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NOW...How Far Have We Really Come? | 50th Anniversary of the March On Washington
by V. Nona Ogunsula
August 29, 2013

Part II of II

We have come a great distance in this country in the 50 years, but we still have  a great distance to go before we fulfill the dream of Martin Luther King, Jr. --Congressman John Lewis (D-GA), August 28, 2013

Yesterday and this past Saturday, some 50 years after Dr. Martin Luther King, Jr.’s legendary “I Have A Dream” speech, two of his children that he referred to in the speech, together with other civil rights organizations and tens of thousands of individuals celebrated moments in history that helped America to come to grips with words from its 1776 Declaration of Independence,

“We hold these truths to be self-evident, that all men are created equal, that they are endowed by their Creator with certain unalienable Rights, that among these are Life, Liberty and the pursuit of Happiness.”[1]

On Saturday, August 24th, Martin King III and his sister, Rev. Bernice King, along with Rev. Al Sharpton, president of the National Action Network and co-convener of the 50th Anniversary of the 1963 March On Washington, and a host of other civil rights organizations marched from the Lincoln Memorial to the newly erected Martin Luther King, Jr. National Memorial to remember and honor what happened on August 28, 1963. (Click here to see pictures from the 8/24/13 March On Washington)

Fifty years to the day of the actual 1963 March On Washington, many of the “march veterans” and foot soldiers who had participated in the original march locked arms with college students, and led thousands down the original path to the Lincoln Memorial to hear President Barack Obama, John Lewis and others speak about this watershed moment in the history of the Civil Rights movement. President Barack Obama told those assembled on August 28, 2013,

“And because they kept marching, America changed. Because they marched, the civil rights law was passed. Because they marched, the voting rights law was signed. Because they marched, doors of opportunity and education swung open so their daughters and sons could finally imagine a life for themselves beyond washing somebody else's laundry or shining somebody else's shoes. Because they marched, city councils changed and state legislatures changed and Congress changed and, yes, eventually the White House changed.”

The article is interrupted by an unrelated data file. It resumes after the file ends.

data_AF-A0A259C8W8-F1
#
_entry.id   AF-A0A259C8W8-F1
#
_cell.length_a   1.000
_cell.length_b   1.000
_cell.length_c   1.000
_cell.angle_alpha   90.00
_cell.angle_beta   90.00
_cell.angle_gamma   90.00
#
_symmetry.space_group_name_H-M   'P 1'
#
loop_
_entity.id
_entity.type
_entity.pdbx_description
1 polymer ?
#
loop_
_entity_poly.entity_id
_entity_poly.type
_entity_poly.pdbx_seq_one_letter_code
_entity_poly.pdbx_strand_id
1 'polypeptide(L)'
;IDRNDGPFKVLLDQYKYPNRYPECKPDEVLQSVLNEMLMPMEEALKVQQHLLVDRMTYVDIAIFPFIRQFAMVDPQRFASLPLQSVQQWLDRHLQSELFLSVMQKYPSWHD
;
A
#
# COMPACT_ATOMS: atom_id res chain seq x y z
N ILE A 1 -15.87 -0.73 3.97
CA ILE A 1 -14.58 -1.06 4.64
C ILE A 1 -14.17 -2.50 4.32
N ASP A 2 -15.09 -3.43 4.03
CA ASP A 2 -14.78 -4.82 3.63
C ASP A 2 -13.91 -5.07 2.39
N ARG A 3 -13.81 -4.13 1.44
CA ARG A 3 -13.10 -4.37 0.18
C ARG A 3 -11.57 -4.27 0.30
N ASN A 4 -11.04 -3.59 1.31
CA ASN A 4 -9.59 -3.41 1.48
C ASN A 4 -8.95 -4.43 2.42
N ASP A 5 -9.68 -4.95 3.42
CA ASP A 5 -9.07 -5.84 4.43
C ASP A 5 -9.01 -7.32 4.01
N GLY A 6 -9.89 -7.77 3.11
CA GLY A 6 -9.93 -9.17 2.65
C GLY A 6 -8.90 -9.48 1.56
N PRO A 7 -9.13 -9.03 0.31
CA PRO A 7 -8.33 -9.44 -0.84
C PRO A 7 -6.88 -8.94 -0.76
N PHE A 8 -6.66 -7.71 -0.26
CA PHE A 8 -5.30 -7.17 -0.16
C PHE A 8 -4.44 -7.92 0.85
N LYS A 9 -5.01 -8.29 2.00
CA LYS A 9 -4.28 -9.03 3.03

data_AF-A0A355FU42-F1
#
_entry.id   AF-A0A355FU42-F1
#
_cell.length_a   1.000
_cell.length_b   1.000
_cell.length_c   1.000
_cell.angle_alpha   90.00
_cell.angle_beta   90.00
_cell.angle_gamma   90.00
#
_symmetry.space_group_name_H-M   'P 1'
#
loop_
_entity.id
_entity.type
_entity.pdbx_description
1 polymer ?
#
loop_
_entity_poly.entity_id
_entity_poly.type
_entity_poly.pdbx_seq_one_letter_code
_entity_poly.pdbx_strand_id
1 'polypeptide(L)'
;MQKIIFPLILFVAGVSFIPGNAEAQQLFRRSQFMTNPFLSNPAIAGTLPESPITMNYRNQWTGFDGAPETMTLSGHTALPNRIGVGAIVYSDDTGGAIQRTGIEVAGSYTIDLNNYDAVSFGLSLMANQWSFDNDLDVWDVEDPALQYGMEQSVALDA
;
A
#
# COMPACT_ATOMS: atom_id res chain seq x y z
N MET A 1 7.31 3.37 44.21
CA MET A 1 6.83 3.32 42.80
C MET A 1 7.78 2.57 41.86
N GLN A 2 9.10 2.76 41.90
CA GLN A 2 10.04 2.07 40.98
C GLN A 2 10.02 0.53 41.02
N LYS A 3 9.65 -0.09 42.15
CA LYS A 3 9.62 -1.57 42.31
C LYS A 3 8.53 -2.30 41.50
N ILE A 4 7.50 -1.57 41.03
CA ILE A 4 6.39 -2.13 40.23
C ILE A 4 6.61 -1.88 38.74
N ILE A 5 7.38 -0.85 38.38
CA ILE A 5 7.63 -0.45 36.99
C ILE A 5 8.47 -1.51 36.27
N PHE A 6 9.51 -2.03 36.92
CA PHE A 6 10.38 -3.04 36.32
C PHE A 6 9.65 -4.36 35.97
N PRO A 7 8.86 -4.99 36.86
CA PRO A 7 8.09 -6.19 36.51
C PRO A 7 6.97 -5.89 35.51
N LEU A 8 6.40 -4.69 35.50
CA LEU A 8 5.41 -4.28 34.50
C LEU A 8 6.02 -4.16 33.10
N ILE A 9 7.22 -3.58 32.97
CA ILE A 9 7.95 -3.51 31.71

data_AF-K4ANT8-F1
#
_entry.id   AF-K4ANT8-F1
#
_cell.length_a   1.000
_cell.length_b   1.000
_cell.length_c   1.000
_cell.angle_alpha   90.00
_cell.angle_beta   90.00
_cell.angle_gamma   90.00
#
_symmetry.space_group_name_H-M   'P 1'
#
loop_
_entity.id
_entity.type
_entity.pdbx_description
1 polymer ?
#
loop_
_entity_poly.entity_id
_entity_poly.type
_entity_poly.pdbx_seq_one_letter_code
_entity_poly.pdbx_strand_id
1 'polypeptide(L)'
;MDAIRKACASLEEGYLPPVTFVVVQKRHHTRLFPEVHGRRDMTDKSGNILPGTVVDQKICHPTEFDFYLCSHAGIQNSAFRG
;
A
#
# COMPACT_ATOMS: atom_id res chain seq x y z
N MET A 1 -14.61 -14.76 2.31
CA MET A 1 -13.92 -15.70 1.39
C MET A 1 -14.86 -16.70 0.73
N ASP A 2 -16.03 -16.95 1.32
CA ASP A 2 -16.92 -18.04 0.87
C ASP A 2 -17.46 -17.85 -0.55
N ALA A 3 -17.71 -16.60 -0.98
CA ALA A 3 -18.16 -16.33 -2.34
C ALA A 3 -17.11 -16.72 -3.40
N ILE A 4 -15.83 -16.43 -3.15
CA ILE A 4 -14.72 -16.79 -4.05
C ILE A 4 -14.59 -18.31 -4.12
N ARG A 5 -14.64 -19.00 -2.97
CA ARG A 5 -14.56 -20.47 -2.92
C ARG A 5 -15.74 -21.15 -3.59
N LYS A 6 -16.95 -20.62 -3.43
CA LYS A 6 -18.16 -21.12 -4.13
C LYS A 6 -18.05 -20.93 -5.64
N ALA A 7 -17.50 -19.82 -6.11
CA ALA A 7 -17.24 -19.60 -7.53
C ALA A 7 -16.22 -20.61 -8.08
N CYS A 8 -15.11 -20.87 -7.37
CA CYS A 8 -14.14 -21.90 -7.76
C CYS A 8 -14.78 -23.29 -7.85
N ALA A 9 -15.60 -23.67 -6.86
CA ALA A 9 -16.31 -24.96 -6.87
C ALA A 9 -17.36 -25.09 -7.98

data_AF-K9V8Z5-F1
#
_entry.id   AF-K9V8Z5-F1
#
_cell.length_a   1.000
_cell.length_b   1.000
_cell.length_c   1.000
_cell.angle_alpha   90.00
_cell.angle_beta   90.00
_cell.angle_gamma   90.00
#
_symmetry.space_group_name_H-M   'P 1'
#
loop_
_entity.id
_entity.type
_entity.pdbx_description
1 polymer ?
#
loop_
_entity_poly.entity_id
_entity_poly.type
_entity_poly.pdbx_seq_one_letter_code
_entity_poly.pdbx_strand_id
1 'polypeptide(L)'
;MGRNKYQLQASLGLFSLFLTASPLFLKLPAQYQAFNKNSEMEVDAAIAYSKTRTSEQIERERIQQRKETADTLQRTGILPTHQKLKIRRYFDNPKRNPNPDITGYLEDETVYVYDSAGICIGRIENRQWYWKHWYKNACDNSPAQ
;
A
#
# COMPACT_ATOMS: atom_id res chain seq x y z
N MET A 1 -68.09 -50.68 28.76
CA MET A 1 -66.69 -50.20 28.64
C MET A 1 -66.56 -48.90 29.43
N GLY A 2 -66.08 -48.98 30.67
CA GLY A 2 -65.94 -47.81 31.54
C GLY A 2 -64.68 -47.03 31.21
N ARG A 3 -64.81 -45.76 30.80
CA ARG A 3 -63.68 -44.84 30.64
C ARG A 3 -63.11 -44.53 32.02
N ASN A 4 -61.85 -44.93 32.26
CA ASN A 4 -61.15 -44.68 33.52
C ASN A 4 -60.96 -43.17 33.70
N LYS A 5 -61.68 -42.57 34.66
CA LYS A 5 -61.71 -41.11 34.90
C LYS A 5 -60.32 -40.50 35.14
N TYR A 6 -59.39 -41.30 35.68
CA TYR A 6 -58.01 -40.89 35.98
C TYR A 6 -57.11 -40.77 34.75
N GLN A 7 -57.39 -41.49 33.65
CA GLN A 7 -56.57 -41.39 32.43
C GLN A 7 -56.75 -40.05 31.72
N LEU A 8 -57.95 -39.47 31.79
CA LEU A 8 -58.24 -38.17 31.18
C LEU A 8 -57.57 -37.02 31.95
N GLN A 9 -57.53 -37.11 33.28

Even as we celebrate the second term of an African American President of the United States and the record numbers of elected officials comprised of women and people of color, we struggle with Trayvon Martin's death in Sanford, Florida, the senseless murders of people, especially young African Americans, in my community of Prince George's County, Maryland and cities like Chicago, Illinois and Oakland, California.  The rate of unemployment and poverty in our communities alert us to the fact that we must be vigilant against the ills that threaten our very existence. We must also organize and contend for King's Dream and the American dream. Today we look at some key statistics like unemployment, education, homeownership and income, which are indicative of the state of Black America both then and now, and humbly offer a few solutions to improve the state of Black America. 



[1] Declaration Of Independence, The unanimous Declaration of the thirteen united States of America,



*For a more comprehensive view of Black America, please see the National Urban League's report, 2013 State of Black America: Redeem the Dream: Jobs Rebuild America,

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